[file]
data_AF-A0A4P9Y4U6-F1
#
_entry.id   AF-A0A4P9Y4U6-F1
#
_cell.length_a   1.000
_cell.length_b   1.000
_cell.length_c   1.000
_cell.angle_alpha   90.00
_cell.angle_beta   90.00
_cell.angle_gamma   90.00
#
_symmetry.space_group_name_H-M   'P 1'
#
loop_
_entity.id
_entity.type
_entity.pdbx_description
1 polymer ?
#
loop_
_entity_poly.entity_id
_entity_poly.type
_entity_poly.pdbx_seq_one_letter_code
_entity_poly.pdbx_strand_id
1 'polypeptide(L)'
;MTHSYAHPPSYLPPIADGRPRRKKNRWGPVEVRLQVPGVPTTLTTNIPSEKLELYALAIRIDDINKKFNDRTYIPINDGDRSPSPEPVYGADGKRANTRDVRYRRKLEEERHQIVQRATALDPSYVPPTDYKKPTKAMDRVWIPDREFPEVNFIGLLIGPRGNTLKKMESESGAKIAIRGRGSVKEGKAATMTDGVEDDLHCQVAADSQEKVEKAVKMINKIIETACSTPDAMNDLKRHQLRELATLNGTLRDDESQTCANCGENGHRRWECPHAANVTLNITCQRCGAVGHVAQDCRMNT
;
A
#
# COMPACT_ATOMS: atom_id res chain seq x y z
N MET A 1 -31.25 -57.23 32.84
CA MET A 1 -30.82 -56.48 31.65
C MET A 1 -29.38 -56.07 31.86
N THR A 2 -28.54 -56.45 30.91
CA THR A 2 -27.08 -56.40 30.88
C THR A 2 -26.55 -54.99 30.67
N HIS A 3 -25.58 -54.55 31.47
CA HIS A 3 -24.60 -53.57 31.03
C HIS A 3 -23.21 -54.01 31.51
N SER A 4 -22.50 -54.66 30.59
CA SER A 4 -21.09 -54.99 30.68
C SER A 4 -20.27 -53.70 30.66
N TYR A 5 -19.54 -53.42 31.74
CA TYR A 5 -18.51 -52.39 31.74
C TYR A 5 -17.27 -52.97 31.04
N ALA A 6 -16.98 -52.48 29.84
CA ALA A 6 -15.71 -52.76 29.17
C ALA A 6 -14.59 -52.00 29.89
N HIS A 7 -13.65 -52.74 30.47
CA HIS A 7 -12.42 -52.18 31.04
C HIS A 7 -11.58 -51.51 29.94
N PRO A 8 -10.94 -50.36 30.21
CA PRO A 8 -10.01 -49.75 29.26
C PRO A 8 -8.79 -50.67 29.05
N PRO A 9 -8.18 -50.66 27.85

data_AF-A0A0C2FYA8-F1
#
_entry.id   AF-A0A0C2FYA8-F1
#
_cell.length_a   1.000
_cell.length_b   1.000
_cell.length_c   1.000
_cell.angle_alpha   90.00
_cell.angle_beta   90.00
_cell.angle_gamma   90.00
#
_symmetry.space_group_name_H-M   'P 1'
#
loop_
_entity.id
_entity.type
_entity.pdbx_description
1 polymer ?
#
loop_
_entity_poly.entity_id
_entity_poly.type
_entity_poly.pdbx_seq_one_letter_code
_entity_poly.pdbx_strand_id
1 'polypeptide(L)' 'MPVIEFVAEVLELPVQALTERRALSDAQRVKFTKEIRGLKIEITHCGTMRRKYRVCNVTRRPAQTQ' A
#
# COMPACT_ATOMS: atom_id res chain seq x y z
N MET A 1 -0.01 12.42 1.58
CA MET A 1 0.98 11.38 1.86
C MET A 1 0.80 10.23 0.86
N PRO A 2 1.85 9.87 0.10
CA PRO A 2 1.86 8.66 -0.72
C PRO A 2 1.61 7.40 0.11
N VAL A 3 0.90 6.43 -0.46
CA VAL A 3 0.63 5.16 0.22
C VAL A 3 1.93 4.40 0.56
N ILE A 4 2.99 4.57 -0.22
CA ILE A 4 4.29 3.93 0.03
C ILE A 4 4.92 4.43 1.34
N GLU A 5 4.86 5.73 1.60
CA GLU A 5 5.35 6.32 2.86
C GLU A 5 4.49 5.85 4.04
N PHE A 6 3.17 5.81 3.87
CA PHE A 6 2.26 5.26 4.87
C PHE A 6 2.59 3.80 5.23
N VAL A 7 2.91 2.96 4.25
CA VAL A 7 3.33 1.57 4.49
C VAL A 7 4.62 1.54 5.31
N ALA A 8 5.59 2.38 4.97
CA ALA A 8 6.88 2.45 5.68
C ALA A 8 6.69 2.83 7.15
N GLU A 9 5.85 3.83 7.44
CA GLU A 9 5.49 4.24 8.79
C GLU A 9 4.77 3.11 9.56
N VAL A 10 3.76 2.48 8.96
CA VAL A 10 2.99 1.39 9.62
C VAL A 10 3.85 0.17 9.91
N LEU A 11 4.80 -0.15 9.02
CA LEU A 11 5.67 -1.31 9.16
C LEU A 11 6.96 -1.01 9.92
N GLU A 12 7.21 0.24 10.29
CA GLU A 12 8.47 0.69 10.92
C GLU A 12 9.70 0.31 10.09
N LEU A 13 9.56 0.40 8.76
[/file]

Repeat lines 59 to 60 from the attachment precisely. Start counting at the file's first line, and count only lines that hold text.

#
_cell.length_a   1.000